Why We Fight.
In the time line of the fighter's life, the last month before a fight should be monastic in spirit. To make sure he's walking into a cage prepared for a life-or-death affair, the fighter has to lock himself away and make an enemy of the world and anything that is not in him. Traditionally, boxers will disappear from their city homes to upstate rural campsites, finding solace in the boredom and disorientation of the natural world, better to focus their minds and immerse themselves in the long runs and bruising sparring sessions and the thousand and one acts of self-denial that will build up the necessary defenses around them. One reporter writing in the early 1960s described thenheavyweight champion Floyd Patterson's run-down camp in rural Connecticut as "an abandoned road house." While training there Patterson refused to see his wife and children.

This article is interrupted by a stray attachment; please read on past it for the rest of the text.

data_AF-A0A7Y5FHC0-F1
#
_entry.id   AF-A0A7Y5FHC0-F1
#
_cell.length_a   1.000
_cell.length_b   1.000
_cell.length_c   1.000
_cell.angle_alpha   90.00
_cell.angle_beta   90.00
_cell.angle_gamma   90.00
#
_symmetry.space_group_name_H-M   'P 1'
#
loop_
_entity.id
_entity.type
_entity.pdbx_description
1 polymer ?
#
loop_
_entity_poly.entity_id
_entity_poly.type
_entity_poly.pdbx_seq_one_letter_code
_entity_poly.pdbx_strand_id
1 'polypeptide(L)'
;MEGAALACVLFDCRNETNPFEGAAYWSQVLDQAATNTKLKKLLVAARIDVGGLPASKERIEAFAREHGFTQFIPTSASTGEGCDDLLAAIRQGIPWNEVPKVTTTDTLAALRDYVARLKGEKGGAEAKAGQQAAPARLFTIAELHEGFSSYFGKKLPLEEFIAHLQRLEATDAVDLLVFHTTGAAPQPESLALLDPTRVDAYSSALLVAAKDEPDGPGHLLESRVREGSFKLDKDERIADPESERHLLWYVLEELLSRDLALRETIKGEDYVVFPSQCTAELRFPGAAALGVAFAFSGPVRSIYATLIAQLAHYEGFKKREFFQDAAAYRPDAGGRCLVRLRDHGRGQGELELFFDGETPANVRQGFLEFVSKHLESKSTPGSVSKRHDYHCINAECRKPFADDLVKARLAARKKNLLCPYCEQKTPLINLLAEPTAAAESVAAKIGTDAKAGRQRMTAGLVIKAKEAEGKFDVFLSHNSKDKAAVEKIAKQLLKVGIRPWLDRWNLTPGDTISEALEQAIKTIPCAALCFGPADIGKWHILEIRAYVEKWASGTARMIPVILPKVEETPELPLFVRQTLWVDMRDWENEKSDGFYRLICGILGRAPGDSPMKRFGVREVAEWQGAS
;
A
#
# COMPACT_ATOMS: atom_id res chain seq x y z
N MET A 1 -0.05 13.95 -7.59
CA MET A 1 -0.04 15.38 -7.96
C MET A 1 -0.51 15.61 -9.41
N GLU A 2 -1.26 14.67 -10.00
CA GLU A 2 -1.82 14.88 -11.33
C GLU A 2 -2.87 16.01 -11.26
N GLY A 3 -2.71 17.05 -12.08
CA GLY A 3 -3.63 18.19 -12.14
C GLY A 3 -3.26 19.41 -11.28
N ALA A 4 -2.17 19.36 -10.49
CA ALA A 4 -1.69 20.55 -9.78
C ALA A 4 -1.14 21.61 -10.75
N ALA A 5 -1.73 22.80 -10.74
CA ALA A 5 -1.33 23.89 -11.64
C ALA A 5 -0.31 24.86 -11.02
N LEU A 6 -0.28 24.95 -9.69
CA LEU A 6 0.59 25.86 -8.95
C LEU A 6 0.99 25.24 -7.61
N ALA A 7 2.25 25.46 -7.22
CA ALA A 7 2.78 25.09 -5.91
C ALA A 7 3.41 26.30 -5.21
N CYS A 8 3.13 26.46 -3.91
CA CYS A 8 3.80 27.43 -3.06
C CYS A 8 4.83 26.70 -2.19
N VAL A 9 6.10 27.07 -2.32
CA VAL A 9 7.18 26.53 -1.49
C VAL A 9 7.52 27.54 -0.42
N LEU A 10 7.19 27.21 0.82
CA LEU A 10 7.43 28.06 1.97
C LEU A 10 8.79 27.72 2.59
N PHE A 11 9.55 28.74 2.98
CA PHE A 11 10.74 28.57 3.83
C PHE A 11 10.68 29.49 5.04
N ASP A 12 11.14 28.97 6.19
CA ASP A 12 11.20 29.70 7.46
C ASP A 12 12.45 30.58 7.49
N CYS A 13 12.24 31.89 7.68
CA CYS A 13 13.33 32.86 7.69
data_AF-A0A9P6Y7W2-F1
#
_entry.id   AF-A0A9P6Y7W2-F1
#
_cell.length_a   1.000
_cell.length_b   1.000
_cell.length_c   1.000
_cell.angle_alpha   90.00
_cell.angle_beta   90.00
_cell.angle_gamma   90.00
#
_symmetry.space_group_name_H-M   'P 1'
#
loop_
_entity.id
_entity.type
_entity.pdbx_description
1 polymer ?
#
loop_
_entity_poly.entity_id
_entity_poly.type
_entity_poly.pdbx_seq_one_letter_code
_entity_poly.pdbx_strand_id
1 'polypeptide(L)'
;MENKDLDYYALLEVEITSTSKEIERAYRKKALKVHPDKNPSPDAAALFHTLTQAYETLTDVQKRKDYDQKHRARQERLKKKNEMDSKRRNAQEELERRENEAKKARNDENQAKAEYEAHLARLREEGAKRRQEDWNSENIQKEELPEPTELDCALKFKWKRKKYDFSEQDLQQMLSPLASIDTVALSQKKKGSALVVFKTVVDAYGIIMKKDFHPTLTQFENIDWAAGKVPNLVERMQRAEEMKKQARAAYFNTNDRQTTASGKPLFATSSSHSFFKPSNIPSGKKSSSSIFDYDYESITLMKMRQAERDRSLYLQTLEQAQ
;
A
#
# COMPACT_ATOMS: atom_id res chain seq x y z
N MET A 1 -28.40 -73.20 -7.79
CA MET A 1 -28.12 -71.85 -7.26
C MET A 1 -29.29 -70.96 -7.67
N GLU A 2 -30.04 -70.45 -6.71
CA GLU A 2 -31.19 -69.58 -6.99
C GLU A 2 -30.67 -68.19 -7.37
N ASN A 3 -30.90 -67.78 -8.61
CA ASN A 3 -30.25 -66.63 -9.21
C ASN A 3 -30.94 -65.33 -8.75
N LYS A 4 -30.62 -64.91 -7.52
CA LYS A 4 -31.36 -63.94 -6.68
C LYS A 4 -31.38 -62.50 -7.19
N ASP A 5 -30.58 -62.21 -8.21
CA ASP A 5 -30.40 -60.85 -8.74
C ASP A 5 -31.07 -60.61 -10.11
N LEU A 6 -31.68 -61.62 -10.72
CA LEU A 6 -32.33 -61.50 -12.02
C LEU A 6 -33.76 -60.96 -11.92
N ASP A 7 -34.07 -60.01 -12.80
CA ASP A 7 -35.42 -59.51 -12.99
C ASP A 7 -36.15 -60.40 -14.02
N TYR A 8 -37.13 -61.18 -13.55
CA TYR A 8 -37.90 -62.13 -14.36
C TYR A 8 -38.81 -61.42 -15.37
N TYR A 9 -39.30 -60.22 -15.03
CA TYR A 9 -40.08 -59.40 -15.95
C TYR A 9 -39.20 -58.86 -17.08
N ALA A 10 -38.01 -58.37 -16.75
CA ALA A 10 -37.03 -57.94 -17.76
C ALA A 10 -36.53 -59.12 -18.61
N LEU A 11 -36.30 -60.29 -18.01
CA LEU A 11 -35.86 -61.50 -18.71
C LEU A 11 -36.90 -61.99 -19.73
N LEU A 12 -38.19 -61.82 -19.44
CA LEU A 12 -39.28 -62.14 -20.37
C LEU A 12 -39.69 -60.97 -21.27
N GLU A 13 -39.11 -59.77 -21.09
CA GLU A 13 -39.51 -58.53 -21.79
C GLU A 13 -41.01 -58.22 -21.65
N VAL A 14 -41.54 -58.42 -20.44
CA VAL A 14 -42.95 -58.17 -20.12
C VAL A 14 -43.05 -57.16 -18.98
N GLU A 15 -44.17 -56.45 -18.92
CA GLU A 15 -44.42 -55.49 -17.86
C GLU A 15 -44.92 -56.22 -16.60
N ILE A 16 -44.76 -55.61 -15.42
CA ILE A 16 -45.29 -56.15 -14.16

Mixed martial artists, too, will go into a shell of self-obsession, not dissimilar from that entered by astronauts who fear falling ill before a mission. Their lives become focused entirely on their gym and their diet and their weight and their routine and their health. Jobs and domestic duties are ignored, friendships and romances cast aside, politics and pressures temporarily forgotten. Fighters come to believe their fight is the entire world. This is an ugly necessity. Without that kind of solipsism and single-minded devotion they'd be putting themselves into a suicidal position. A sense of perspective and proportion would be death to them. The best comparison is a Benedictine laboring away in a monastery. Monks fearful for the state of their souls absent themselves from the world to think on God. Fighters fearful for the state of their bodies absent themselves from the world to think on themselves: my technique, my pain, my struggle, my desire, my victory, my loss. It's a religion of the self.
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